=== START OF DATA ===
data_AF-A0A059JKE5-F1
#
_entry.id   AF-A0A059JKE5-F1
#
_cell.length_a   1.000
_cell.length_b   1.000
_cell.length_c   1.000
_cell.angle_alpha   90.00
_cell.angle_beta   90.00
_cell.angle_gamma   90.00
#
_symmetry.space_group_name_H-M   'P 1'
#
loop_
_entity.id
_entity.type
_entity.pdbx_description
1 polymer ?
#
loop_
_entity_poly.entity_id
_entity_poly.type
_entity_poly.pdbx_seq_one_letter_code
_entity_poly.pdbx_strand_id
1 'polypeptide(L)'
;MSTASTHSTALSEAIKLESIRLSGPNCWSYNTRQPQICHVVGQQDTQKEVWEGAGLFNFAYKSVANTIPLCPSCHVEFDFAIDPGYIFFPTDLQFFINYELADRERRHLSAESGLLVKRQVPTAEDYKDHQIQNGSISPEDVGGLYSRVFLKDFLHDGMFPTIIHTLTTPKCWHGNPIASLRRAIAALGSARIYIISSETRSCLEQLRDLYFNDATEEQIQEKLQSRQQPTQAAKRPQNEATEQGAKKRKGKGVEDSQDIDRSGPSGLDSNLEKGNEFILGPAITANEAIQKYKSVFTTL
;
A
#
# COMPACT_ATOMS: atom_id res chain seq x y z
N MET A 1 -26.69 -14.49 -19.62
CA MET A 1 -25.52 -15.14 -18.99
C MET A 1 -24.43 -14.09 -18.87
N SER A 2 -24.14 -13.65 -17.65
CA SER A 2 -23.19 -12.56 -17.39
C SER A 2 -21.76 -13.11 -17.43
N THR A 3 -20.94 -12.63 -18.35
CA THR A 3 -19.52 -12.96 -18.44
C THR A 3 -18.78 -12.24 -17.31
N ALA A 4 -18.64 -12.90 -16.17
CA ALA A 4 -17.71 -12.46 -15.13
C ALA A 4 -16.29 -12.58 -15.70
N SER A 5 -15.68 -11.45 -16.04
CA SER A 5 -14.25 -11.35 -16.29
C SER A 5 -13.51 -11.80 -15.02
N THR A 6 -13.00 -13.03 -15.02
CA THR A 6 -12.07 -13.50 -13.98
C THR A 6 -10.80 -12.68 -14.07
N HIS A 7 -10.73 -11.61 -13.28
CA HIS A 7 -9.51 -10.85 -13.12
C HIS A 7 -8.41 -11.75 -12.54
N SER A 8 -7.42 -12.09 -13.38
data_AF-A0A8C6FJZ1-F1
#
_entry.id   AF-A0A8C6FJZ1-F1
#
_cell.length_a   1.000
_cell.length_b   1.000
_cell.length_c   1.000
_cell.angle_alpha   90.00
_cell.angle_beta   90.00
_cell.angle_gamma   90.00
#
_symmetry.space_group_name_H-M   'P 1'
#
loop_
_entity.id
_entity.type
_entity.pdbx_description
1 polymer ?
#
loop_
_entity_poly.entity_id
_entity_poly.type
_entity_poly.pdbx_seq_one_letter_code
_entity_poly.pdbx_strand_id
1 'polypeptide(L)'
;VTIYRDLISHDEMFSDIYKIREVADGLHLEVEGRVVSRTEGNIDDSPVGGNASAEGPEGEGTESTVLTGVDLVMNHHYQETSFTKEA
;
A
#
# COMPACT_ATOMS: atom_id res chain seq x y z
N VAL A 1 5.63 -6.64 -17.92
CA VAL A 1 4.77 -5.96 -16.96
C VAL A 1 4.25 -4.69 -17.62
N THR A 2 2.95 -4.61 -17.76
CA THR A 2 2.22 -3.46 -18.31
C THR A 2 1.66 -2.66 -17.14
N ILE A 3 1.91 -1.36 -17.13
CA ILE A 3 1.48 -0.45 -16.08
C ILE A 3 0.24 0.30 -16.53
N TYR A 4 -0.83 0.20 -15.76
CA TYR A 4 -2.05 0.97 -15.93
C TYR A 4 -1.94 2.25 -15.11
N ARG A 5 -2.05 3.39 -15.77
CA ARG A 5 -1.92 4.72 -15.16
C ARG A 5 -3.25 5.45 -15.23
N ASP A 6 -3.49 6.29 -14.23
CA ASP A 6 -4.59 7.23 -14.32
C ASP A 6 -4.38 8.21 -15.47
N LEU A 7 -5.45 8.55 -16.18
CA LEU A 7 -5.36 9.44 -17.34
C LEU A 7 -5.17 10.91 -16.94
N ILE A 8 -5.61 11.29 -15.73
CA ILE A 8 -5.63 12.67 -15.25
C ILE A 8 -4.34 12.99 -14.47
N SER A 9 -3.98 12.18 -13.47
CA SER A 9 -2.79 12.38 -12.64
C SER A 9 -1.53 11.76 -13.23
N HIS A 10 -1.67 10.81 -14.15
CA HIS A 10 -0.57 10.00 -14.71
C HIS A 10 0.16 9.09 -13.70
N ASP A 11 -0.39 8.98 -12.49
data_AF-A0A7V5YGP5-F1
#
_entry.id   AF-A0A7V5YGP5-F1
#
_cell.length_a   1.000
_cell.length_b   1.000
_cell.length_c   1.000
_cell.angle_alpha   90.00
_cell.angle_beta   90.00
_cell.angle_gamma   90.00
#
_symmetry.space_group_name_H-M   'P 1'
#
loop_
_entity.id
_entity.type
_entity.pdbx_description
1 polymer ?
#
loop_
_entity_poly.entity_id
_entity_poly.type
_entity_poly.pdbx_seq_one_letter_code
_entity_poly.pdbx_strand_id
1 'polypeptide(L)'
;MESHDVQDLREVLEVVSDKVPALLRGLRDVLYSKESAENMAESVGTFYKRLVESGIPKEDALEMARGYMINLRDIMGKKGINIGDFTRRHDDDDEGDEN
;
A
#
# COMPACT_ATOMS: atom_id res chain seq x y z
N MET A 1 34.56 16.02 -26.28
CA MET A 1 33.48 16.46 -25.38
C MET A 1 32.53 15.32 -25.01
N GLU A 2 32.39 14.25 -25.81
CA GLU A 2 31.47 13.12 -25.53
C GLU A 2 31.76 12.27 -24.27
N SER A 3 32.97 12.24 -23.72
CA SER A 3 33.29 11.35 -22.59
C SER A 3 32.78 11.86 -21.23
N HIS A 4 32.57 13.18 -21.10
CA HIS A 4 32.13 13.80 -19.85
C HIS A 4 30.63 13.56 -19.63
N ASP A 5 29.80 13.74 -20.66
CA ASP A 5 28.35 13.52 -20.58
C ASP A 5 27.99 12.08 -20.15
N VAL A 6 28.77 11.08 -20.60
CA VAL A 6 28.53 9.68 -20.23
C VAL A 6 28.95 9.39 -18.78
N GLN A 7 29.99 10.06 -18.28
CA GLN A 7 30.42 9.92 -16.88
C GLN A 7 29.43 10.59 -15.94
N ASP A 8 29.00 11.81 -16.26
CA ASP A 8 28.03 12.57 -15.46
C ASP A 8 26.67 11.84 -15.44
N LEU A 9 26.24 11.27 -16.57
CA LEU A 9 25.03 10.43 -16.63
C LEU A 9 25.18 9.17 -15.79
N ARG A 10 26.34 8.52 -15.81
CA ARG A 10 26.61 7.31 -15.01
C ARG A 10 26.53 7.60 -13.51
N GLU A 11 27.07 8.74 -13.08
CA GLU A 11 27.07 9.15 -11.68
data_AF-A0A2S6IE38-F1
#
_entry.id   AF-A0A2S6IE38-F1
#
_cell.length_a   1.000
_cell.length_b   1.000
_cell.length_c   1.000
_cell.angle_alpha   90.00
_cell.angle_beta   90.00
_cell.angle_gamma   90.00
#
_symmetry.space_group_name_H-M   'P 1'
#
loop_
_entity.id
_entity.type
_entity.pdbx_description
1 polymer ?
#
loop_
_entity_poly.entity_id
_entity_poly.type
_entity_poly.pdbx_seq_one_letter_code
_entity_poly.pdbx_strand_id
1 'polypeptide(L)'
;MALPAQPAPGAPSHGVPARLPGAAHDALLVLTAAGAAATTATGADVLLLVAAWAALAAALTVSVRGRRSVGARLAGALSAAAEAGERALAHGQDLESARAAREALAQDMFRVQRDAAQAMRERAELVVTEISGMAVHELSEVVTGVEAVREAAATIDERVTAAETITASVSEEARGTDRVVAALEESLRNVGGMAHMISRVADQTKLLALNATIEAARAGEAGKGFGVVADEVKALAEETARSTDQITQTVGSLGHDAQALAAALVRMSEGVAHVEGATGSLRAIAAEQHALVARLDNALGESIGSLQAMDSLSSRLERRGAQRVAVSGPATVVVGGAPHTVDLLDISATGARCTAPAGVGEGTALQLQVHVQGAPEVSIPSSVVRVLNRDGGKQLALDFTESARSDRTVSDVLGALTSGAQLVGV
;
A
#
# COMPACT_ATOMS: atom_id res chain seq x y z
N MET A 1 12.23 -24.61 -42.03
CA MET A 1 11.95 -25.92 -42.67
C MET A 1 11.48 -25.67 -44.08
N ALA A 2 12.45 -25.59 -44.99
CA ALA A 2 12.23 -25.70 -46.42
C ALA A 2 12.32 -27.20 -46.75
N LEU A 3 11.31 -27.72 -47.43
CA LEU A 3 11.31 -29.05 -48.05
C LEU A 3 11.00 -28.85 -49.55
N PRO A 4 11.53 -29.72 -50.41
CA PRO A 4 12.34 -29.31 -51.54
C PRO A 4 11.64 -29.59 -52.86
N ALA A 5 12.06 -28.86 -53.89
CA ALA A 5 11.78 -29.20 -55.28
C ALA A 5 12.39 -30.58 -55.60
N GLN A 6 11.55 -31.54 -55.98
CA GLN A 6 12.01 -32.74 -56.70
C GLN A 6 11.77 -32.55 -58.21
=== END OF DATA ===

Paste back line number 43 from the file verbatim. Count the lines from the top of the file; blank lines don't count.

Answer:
N SER A 5 -15.68 -11.45 -16.04